Her farcical excuse of "I was just counting" is just crap. She baited the referee and knows it. This is not "heads up play", it's gamesmanship and needs to be dealt with. If you experience the same, consider a caution if you are doing what you must to avoid the time wasting.

6. Look for help.

Don't be afraid to get help form the ARs and 4th in dealing with delays as well. Their presence, as well as your words and presence will show that you, as a team, are on top of the issue.

In that way, when the whistle needs to come for delaying the match, it will be far better received.

Take it for what it is worth.


  1. Great Analysis. You know that they are times that "serendipity" happens. One thing can take care of another thing not expected (or prevent something worse from happening, like maybe a PK).

    I had a game where the GK was wasting time (like all players/coaches/ball boys are instructed to do) on the leading team in the 2nd half do. In my case the player on the losing team came up to me counting ... 1....2...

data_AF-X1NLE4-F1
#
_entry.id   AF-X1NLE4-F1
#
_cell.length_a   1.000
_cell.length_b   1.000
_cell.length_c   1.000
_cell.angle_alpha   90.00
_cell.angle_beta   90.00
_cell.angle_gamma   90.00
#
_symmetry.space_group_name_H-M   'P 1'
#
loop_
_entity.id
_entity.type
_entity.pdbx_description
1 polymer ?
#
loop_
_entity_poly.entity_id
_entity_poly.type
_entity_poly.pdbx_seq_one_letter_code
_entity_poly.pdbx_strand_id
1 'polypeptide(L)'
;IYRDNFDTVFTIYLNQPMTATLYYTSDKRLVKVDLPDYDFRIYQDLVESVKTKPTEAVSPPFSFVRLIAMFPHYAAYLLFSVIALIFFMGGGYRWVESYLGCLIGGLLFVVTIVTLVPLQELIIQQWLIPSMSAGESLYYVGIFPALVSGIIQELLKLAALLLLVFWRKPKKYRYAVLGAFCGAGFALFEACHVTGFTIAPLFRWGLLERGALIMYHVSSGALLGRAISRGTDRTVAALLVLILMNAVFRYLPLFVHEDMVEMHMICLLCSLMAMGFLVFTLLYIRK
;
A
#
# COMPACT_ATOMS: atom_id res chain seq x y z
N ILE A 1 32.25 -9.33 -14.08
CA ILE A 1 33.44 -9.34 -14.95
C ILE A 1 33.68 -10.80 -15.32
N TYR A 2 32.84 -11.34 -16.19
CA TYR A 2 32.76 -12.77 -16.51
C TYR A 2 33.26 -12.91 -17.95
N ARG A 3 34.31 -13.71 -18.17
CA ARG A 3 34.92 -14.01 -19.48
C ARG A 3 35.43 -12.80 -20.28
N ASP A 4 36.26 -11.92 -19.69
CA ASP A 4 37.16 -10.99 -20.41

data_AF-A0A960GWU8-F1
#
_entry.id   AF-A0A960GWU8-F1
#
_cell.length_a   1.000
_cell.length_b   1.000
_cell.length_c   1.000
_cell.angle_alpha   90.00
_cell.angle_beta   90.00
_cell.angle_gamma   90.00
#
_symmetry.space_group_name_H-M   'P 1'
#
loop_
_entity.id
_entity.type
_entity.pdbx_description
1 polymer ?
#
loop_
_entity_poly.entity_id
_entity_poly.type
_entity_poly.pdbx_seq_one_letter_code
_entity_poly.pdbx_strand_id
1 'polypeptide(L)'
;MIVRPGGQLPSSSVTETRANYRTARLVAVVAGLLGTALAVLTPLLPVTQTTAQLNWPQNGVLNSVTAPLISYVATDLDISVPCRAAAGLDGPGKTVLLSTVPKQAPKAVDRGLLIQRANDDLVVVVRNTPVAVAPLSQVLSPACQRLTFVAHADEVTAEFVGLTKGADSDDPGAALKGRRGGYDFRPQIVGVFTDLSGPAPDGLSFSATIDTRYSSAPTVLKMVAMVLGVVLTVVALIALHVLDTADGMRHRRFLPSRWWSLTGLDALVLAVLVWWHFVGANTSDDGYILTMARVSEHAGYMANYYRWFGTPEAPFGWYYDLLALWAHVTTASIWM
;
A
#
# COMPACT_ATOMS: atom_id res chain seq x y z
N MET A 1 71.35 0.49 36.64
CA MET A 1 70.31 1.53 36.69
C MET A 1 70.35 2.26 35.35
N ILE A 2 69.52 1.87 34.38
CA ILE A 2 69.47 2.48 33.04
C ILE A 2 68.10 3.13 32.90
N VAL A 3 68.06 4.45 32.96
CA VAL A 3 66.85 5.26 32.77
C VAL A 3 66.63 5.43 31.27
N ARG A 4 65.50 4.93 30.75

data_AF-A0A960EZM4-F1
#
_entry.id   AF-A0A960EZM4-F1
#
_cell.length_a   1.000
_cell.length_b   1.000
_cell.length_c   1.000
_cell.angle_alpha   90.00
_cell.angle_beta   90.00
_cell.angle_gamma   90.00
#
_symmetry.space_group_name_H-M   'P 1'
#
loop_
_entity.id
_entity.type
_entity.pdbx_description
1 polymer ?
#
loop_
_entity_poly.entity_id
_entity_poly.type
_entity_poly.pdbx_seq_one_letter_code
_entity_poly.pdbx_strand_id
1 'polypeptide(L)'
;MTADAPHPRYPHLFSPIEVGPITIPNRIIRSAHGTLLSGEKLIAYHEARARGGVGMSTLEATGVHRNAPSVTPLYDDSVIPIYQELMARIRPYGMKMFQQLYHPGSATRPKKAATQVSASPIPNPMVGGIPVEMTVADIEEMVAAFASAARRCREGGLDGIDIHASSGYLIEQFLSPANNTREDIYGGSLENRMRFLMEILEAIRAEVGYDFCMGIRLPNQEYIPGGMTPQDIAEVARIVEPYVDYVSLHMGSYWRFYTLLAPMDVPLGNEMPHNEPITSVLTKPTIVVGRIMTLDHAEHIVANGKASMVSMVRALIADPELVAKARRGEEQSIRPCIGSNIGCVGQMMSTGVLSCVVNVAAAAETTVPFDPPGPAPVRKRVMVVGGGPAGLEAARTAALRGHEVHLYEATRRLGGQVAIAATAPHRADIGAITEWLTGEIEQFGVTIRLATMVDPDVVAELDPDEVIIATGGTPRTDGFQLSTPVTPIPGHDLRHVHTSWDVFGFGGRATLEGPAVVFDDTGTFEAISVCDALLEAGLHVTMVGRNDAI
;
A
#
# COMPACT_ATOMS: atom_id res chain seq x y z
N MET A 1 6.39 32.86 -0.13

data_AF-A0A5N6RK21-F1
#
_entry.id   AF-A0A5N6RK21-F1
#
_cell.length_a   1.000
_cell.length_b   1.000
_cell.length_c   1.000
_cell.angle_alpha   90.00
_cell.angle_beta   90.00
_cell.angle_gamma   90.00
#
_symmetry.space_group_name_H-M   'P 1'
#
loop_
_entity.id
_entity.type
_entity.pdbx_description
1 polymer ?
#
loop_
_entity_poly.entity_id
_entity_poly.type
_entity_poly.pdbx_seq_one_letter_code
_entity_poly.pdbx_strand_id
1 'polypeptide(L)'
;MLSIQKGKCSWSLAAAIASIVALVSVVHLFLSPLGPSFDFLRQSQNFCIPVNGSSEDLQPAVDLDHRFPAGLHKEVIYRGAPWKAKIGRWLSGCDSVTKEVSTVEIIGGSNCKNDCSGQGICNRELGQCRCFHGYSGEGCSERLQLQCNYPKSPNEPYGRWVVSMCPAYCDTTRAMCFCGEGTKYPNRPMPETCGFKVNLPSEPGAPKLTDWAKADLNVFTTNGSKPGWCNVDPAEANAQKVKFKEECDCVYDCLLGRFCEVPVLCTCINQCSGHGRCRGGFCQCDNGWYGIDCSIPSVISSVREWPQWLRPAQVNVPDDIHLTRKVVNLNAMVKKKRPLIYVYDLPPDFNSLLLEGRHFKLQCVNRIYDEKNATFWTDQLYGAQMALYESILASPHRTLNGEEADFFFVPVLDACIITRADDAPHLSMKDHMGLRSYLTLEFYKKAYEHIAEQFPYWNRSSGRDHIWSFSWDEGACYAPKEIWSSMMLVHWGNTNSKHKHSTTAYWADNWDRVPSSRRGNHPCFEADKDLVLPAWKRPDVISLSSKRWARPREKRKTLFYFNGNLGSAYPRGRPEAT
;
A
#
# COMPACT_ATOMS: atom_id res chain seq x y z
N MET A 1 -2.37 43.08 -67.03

I blew the whistle and cautioned him. Now the ball was dead and time running ...emphatically waving my arms to the GK to release the ball is so important in preventing (unforced) referee errors... he never wasted time releasing the ball again (AB instructed us on that technique). I don't think any referee or team or fan want a game decided on a free kick like this... that's why "preventive refereeing" is so crucial to having a good enjoyable game.

  2. Great comment Anon.

    Sometimes all it takes are the players seeing how serious you are taking the issue (of time wasting) and the rest generally takes care of itself.

    Angelo is spot on, and I agree absolutely no one wants to see a match altered (I will not go quite so far as to say decided) in this way.

    Thanks for reading!

  3. Excellent.... altered is the word... absolutely spot on... I was inaccurate. That's why you are where you are!
    Thank you. I will never forget that word.

  4. Thanks for the kind words Anon. =)